July 10, 2017 Beamer Conservation to New Mountain Road
Somehow we came up with idea of hiking-no, Olivia said she wanted to hike the Bruce Trail. She wanted to hike all of it from the southern terminus in Niagara to the northern terminus in Tobermory Ontario for a total of 892 KM. After talking about this for a year and discussing a plan of attack, purchasing a trail book, membership, backpack, hiking boots, rain gear and other ‘cool’ things we would need.We researched hiking the Bruce and came up with our plan of attack. Olivia knows me, she knows me well. She knows me well enough to choose a section close to home that is scenic and full of landscape diversity that we do not see where we live. We chose the Iroquoia section which begins in Grimsby and ends in Kelso Ontario. She chose this because she told me that I would probably quit and not want to hike after I tried it. I told her I would not quit and as a matter of fact I would be happy to hike 25-30 km per day to finish this section in a few days. What was I thinking you may wonder? I was thinking that the paths would be groomed and meandering, with bark chips, fine gravel and sometimes grass. I was certain there would be birds singing from nearby trees while playfully watching us as we walked with flower petals blowing by in the wind and the occasional deer peeking out shyly from behind a bush while chipmunks played at our feet.
That bubble burst very quickly, perhaps it lasted as long as the first 4 hours of walking. Thankfully, Olivia did the planning and only planned for 15 km the first day which translated to 19km. She did this because I twisted my ankle the previous week and was still having symptoms of swelling and pain. She did this because she is good friend and editor who knows what adjustments I need to make to my story, she did this because she is smarter than the average friend.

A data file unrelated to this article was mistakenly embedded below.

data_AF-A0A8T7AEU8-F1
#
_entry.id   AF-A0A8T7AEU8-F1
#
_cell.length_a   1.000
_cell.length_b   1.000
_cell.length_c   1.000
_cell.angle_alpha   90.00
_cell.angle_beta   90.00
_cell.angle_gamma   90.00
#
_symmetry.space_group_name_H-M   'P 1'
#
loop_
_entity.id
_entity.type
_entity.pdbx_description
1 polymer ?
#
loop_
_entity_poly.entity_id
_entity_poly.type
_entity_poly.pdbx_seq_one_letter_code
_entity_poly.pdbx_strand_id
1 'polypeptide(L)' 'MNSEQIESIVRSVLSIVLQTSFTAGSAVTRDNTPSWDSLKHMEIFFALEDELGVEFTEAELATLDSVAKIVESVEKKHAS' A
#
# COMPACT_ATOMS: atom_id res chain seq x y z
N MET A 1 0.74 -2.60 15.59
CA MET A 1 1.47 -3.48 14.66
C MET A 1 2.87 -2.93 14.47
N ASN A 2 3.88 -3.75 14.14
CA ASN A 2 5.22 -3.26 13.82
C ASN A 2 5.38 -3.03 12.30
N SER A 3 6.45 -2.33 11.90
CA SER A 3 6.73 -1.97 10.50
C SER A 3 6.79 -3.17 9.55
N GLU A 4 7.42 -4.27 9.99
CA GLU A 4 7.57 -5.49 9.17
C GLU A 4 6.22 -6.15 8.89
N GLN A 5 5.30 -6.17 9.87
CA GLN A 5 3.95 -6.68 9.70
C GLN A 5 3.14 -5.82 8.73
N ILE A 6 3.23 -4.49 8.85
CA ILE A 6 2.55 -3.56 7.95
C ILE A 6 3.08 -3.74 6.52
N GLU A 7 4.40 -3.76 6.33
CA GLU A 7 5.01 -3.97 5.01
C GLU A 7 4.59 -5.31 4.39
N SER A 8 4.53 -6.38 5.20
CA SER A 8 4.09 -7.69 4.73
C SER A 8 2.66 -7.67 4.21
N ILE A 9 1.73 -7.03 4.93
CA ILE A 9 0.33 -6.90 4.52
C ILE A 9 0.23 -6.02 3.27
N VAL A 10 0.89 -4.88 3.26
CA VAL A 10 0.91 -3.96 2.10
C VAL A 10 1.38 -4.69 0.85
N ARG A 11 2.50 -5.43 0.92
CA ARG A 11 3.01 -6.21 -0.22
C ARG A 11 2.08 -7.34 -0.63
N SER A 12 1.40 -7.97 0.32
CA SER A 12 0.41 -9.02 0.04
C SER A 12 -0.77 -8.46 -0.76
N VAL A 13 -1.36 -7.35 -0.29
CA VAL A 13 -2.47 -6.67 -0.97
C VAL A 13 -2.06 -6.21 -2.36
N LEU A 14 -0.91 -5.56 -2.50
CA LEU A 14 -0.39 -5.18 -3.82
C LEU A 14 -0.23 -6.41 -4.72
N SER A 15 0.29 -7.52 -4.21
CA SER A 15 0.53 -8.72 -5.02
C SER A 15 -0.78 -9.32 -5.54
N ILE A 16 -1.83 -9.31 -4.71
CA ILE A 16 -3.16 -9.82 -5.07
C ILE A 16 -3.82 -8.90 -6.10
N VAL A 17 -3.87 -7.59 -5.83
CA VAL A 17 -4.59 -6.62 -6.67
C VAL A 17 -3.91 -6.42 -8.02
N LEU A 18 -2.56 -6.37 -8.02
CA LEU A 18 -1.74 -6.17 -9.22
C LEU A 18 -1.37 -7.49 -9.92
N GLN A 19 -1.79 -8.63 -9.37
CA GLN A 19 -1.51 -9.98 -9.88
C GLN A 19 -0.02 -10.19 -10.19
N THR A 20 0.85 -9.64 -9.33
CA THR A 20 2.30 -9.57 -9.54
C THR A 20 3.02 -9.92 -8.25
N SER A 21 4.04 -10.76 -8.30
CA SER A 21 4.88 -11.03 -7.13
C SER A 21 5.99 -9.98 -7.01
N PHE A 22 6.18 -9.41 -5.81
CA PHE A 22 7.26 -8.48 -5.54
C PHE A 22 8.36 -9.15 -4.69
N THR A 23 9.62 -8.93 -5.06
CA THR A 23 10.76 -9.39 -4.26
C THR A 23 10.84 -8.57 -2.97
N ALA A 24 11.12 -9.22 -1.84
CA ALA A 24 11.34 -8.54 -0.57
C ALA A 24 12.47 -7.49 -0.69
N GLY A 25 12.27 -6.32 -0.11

We rented a car so we could drop one off at the end and drive the other one to the beginning which eliminated any backtracking. We set out to find the Trail Entrance and blaze indicating we were in the correct place. When we found the area, the gate was locked and the trail was closed. We took photos and laughed about our luck, got in our cars and moved on to the next Trail Access point. For a little while, we were driving behind a gaggle of geese who apparently felt they could run down the road in front of my car faster than they could fly. It was amusing to watch them and I wondered how many times in life I was like those geese, moving through life in the most inefficient and least convenient way.
Finally, we entered the Trail at an access point. Day one… we began with a quick step while talking and chatting about how we were exactly where we said we would be a year earlier-on the Bruce Trail. At first we were not in tune to the blazes which were white rectangles on trees marking the way. Eventually, we saw them everywhere and could easily understand them. The funny part was that these had been here all along. They were everywhere, white and blue markers with trail signs and sometimes arrows. I did not know how many of these blazes or Bruce Trail signs I had walked by, driven by or seen in different places. I only knew that by the end of the week, I could spot a blaze from the car and a trail access point a kilometer away. We walked all day and stopped for lunch on bridge and a photo. Approximately 18Km later we reached the car-I was tired, sore and happy to be finished. I was ready to quit but thought I should quit quitting…we got in the car, found a McDonald’s for a much needed Diet Coke then, we headed to our “base camp” which was the home of a family member …I was alive and still able to walk despite the fact that there were no meandering grass covered paths with birds singing while we walked- I took the win.